Once one sees the entire sequence, it's clear that Clyburn really answered Crowley's question before she even asked it.
Here's the full transcript of the vid, which begins after Indiana Republican Congressman Mike Pence had apparently made some points about how steps taken by the Obama administration to revive the economy to the point where it generates meaningful job growth aren't working. Clyburn's answer to when his party will stop blaming Bush is in bold:
Clyburn: Uh, Congressman Spence, uh, Pence keeps talkin' about, uh, the fact that, uh, we are, uh, failing in our approach. We all know exactly what this president inherited, and we will stop talkin' about that inheritance, uh, when uh Congressman uh Pence and others stop talkin' about takin' us back uh to those failed policies.
We're trying to correct some things that we had absolutely nothin' to do with, and the American people know that. And I would wish that all of us would get on board this in bipartisan approaches to tryin' and get our economy stabilized, tryin' to get our children educated, tryin' to get workin' men and women back to, uh, on their jobs, and look for the future, look to the future with --
Clyburn: -- a little more, uh compassion and bipartisanship.
Crowley: Congressman, I think nobody disagrees with you on the goals. I think that one of the questions that's cropping up now is, when does the statute of limitations run out on blaming the Bush administration and when is it on you all as the governing -- really in the House and the Senate and the White House. When does the economy, uh, become your baby, so to speak?
Clyburn: The economy is our baby. But let's stop talkin' about cuttin' taxes, cuttin' taxes, cuttin' taxes. That simplistic approach to tryin' to get this economy movin' again, it's what got us in this, uh-uh, position in the first place. We just had an across the board cut on 95% of workin' men and women, they got an across the board tax cut. You all know that.
Pence attempted to get in a word or two edgewise during Clyburn's final two sentences and got nowhere, though Crowley got to him immediately after that. One can also hear Pence chuckling in the background as Crowley asks her "statute of limitations" question.
"Congressman Pence and others" clearly have no plans to "stop talkin' about takin' us back to those failed policies" -- policies that worked reasonably well from 2003 to 2007, by the way, despite the sand-in-the-wheels impact of the Sarbanes Oxley law. Therefore, the short version of Clyburn's answer to the question of when the Bush blame game will stop is, "When you guys shut up." The one-word version is really, "Never."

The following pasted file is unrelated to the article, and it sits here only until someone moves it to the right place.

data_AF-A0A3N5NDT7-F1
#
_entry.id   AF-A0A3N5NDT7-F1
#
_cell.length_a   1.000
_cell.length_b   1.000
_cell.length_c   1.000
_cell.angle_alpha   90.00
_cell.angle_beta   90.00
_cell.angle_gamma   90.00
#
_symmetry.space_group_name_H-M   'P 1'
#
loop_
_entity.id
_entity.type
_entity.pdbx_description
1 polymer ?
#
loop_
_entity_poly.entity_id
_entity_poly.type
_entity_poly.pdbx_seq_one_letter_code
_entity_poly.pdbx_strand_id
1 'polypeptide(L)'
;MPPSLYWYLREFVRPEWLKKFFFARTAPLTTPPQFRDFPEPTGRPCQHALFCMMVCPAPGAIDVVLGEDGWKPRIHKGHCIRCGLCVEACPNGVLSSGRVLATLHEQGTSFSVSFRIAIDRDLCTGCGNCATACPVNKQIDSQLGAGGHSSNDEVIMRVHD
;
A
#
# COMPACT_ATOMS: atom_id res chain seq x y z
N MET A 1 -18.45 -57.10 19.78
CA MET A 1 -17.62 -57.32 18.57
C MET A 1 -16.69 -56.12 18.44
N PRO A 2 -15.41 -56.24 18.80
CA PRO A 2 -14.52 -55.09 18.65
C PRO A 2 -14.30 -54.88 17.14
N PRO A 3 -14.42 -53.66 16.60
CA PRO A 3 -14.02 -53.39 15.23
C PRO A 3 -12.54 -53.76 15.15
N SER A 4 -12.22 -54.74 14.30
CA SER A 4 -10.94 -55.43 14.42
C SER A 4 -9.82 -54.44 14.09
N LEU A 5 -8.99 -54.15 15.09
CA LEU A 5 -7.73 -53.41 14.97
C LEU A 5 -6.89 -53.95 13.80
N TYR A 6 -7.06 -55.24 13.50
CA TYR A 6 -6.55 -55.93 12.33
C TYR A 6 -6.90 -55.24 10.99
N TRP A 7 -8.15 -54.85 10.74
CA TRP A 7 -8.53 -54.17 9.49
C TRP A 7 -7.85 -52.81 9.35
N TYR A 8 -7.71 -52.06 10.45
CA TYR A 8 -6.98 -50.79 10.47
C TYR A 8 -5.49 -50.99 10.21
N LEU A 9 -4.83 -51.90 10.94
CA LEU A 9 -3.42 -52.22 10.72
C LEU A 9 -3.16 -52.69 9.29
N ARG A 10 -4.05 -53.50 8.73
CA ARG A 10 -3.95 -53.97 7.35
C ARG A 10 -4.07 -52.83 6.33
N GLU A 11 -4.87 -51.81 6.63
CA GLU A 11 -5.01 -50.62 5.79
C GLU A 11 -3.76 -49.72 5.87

As to Clyburn's contention that "We're trying to correct some things that we had absolutely nothin' to do with," it's time to remind him and everyone else of the true origins of the housing and mortgage lending bubble. They have everything to do with government-sponsored, mortgage giants Fannie Mae and Freddie Mac, and nothing to do with George Bush, who tried -- perhaps not hard enough, but genuinely tried -- to stop the madness emanating from those two entities.
The full scope of what these Democrat crony-controlled perpetrated on the nation didn't become fully known until late last year. It wasn't "only" lax credit standards, which would have been bad enough. Beyond that, as I noted on December 31 (last item at link; a column with a more complete treatment of the topic is here), there was pervasively fraudulent loan packaging:
... it's hard to overstate the relevance of this paragraph from Peter J. Wallison in the Wall Street Journal, because it should end the debate over who is primarily responsible for the housing and mortgage-lending messes:
"There is more to this ugly situation. New research by Edward Pinto, a former chief credit officer for Fannie Mae and a housing expert, has found that from the time Fannie and Freddie began buying risky loans as early as 1993, they routinely misrepresented the mortgages they were acquiring, reporting them as prime when they had characteristics that made them clearly subprime or Alt-A."
The two Democrat-crony government-sponsored enterprises created an artificial market for subprime mortgages by bilking investors for 15 years. If they hadn't done this, subprimes would never have been able to expand to their mortally dangerous levels. Further, the victims of the misrepresentations logically would appear to include the rating agencies that some state attorneys general are going after as the supposed culprits.
Sorry, Mr. Clyburn, your party and its cronies had everything to do with it. The only reason much of the American public doesn't know this is because reporters like Candy Crowley haven't educated themselves about what Fan and Fred really did, and therefore won't challenge your full-of-baloney assertions. Or worse, they know and let it slide.
Cross-posted at BizzyBlog.com.